Litro 170: Back of the Bus

£6.99

This issue’s theme, “The Back of the Bus”, though fairly open to interpretation – the back of the bus might be where the cool kids sit on the way to school – inevitably calls to mind the American civil rights movement’s struggle against the injustices of racial segregation and one woman’s action to insist on a basic human right. It was only sixty-three years ago, on 1 December 1955, that Rosa Parks made history in Montgomery, Alabama by refusing to give up her seat for a white man and go sit in the segregated area of a bus. Tis act of defiance would change the course of American history and earn her the title “mother of the civil rights movement”.

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This issue’s theme, “The Back of the Bus”, though fairly open to interpretation – the back of the bus might be where the cool kids sit on the way to school – inevitably calls to mind the American civil rights movement’s struggle against the injustices of racial segregation and one woman’s action to insist on a basic human right. It was only sixty-three years ago, on 1 December 1955, that Rosa Parks made history in Montgomery, Alabama by refusing to give up her seat for a white man and go sit in the segregated area of a bus. Tis act of defiance would change the course of American history and earn her the title “mother of the civil rights movement”.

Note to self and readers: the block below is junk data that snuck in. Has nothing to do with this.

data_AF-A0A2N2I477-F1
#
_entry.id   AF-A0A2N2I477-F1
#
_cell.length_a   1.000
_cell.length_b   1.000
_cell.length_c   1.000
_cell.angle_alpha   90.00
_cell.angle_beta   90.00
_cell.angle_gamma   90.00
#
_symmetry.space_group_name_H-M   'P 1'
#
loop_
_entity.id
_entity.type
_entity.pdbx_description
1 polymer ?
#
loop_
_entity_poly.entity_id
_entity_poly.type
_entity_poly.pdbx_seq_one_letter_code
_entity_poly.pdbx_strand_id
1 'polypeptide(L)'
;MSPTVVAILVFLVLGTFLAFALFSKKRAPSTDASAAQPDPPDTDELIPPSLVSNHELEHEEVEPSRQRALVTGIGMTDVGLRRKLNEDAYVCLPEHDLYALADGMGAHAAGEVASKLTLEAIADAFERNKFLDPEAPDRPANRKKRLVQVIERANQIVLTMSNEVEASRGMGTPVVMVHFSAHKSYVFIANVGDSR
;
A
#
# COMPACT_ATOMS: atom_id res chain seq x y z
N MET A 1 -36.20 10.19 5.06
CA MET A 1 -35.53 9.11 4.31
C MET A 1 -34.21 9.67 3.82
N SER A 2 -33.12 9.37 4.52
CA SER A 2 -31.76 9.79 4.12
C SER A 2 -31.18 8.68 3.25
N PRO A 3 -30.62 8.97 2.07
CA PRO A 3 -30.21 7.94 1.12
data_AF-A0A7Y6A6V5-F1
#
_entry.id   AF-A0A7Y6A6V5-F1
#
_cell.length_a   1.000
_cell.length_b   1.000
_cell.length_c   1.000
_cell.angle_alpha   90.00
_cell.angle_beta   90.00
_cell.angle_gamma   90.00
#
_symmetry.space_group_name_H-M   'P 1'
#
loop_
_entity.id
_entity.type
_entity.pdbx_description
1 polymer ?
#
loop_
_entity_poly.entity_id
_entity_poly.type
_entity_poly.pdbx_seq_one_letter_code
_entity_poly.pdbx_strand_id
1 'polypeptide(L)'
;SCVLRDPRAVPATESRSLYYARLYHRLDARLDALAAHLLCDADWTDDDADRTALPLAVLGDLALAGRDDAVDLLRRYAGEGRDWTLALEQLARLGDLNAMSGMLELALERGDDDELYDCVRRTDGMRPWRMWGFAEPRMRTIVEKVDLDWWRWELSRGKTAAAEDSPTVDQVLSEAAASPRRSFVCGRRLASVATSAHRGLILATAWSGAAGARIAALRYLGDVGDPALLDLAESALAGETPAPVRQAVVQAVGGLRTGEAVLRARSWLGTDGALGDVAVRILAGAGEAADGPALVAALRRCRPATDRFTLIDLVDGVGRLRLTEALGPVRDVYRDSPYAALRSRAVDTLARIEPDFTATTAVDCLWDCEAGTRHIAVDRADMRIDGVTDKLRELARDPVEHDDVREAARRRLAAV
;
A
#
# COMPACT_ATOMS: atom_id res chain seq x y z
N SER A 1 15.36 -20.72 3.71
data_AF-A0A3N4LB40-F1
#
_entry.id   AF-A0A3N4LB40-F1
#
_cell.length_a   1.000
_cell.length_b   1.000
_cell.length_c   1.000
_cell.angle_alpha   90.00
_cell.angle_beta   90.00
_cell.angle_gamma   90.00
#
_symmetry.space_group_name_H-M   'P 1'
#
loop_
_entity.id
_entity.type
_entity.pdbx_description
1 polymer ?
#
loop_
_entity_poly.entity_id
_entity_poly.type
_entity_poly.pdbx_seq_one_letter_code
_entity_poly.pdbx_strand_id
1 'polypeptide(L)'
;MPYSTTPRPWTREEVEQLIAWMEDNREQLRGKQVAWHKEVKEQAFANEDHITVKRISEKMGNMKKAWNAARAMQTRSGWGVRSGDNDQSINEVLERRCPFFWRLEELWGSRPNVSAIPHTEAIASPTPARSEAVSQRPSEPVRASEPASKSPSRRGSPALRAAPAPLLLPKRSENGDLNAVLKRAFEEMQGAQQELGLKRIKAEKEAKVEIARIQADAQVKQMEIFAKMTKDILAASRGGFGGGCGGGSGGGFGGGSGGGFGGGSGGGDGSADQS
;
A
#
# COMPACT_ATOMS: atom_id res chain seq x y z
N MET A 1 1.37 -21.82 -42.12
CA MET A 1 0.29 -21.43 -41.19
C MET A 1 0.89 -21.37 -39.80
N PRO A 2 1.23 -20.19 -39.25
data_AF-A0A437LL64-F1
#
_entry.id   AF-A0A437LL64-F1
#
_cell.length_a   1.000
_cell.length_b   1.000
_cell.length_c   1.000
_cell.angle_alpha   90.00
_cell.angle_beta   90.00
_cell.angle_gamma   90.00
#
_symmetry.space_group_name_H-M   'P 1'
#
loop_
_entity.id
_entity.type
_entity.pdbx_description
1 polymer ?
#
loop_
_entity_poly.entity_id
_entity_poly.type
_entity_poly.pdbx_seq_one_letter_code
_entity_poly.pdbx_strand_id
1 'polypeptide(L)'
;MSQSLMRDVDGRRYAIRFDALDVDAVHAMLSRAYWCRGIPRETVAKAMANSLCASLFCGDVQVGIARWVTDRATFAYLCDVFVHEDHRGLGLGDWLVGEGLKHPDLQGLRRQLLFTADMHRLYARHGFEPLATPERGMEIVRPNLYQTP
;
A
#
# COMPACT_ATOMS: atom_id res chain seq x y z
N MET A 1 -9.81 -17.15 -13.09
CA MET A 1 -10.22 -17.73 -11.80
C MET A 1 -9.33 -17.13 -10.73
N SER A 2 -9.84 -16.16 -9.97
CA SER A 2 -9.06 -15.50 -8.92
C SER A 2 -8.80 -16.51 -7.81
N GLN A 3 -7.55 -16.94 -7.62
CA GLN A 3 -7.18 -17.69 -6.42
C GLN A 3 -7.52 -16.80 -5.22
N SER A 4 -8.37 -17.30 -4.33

Within this month’s pages of Litro we have a bit of a mix: stories and essays more directly engaged with race and politics rub shoulders with stuff a bit more oddball. On the one hand, Kate LaDew’s “Jo Ann Robinson” is a creative non-fiction about the life and work of another great civil-rights activist; Paola Trimarco’s essay “The Broadway 36” remembers 1970s bus rides through what King had called “the most segregated city in America”; Rebecca Ruth Gould’s essay “Jim Crow in Jerusalem” explores parallels between racial segregation in modern-day occupied Palestine and Israel and in Jim Crow America; and LaMarr Tomas’s short story “A Harsh Spring Light” is about the pain and humiliation a black high-school senior is made to feel during history lessons about America’s greatest sin.
All these explicitly political pieces sit in comfortable contrast alongside stranger stories like Jonathan Covert’s “We Pick Karen”, an unusual take on office politics, envy and competition, or Steuart Osha’s “Don’t Google Me”, in which a fifty-one-year-old woman comes unexpectedly into her heyday. Chris Di Placito’s “Animal Kingdom” follows a guy just released from prison on his bus journey back into freedom– or is it freedom? – and Han Smith’s elliptical “Reproduction Furniture” explores the aftermath of a horrible but everyday encounter on a bus. In a story set in Nigeria, “The Fulani Damsel”, by Jef Unaegbu, the narrator impulsively jumps of the bus and into another culture, to be entranced by it; and, returning to the theme we started at, in an exclusive extract from Michael Nath’s forth-coming novel The Treatment, about a fictionalised version of the Stephen Lawrence murder, a woman police officer goes undercover in a gang of racists.

And for another culture and perspective, our cover and photo series this month is “Life in Kashmir from a bus stop”,
by Lauren Stewart.

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